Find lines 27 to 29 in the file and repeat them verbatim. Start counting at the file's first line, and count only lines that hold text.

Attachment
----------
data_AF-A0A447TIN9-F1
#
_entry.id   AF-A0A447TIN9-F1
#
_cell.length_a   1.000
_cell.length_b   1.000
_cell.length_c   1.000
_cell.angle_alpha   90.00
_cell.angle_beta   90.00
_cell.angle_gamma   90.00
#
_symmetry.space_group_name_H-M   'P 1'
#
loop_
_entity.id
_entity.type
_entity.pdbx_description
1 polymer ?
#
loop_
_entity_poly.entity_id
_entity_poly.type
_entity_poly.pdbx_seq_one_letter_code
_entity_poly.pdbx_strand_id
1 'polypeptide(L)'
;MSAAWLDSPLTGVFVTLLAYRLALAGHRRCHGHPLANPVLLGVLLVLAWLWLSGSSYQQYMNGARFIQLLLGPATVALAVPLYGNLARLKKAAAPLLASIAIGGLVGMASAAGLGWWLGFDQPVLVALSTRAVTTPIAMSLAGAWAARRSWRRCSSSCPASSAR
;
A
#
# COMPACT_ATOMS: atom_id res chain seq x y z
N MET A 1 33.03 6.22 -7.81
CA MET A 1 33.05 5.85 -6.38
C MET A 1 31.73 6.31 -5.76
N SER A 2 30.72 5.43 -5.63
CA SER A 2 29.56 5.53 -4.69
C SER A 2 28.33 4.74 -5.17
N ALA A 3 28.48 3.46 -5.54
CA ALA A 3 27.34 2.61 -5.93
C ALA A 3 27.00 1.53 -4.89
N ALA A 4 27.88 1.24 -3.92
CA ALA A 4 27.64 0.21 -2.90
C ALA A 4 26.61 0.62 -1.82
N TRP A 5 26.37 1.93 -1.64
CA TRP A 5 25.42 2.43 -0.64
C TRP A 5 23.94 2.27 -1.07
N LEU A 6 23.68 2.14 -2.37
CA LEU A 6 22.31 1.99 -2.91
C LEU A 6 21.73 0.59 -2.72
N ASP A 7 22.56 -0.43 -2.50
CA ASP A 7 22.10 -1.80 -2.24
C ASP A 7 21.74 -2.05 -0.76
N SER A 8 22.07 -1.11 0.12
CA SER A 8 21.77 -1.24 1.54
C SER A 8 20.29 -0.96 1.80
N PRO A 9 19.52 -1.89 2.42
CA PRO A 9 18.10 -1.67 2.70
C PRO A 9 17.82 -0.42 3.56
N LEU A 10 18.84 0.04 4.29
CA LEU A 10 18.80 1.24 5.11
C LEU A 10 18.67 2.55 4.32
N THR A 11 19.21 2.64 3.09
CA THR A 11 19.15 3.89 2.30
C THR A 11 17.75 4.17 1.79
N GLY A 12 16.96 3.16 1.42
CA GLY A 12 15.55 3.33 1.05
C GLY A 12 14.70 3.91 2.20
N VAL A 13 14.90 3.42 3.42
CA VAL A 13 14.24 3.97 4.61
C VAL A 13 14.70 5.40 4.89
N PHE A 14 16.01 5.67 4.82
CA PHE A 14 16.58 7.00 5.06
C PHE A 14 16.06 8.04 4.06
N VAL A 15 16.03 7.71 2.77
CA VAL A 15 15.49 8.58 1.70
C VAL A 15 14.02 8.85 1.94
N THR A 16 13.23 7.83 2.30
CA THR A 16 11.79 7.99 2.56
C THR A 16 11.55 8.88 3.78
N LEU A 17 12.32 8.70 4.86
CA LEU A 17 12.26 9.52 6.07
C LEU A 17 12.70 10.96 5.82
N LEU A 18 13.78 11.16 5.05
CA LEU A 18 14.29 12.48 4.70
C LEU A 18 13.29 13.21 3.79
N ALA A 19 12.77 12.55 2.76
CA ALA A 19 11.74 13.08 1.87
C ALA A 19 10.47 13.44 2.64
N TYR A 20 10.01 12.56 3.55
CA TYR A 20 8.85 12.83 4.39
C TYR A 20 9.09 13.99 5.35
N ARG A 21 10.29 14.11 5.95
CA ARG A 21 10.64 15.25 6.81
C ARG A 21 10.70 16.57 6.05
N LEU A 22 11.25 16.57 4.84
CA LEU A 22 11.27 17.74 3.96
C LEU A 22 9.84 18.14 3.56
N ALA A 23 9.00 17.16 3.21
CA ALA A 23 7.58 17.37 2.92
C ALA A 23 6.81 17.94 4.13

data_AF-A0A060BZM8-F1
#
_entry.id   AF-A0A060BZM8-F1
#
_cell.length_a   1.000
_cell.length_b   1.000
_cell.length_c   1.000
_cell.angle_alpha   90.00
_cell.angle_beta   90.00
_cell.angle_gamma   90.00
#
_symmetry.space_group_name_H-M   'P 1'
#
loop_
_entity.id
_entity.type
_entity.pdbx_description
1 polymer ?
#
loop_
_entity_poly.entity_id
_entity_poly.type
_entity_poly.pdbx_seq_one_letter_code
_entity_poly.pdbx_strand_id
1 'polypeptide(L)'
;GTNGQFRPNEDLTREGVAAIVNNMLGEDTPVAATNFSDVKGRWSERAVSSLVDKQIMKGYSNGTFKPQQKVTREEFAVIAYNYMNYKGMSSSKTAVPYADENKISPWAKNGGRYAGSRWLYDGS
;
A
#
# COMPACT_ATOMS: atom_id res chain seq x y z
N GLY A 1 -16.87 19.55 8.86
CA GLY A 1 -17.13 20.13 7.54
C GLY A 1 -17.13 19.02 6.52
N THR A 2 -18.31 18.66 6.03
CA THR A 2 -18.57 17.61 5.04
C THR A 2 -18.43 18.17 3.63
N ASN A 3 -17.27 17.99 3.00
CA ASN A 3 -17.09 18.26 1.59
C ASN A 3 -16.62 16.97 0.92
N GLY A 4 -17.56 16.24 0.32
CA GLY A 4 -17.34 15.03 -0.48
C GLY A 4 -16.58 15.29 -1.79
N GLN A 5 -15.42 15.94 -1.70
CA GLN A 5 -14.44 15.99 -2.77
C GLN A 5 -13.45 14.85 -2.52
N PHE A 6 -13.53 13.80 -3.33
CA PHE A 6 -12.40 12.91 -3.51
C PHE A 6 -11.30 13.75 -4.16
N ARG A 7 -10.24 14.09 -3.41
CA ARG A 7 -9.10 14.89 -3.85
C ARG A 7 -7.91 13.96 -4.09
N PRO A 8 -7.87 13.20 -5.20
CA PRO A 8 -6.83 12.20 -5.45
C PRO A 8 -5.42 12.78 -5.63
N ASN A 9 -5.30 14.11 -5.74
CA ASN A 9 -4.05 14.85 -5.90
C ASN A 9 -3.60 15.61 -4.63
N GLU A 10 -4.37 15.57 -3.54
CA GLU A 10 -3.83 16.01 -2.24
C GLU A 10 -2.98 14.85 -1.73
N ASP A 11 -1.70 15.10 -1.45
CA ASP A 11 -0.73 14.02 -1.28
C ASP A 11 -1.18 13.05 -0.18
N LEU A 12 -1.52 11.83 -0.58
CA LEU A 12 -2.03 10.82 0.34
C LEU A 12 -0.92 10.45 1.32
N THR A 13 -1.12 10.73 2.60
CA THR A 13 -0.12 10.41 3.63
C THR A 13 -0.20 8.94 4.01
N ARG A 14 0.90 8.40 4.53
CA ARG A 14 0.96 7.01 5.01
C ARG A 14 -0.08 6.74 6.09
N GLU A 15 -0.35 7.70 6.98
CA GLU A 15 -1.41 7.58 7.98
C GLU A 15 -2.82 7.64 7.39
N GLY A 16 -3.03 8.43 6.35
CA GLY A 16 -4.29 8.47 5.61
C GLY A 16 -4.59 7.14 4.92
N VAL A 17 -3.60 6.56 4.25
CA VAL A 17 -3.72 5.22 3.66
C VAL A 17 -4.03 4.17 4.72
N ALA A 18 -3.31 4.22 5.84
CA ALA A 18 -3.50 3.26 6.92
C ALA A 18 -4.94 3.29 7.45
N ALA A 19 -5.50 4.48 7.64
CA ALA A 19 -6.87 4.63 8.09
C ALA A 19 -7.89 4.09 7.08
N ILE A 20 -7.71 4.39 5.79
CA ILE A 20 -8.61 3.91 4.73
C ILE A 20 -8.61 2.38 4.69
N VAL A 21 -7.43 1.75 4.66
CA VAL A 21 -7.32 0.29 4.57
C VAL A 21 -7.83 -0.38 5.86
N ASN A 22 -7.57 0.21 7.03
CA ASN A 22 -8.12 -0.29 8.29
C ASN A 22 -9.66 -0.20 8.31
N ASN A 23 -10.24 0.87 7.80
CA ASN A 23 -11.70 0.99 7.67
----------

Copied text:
;
A
#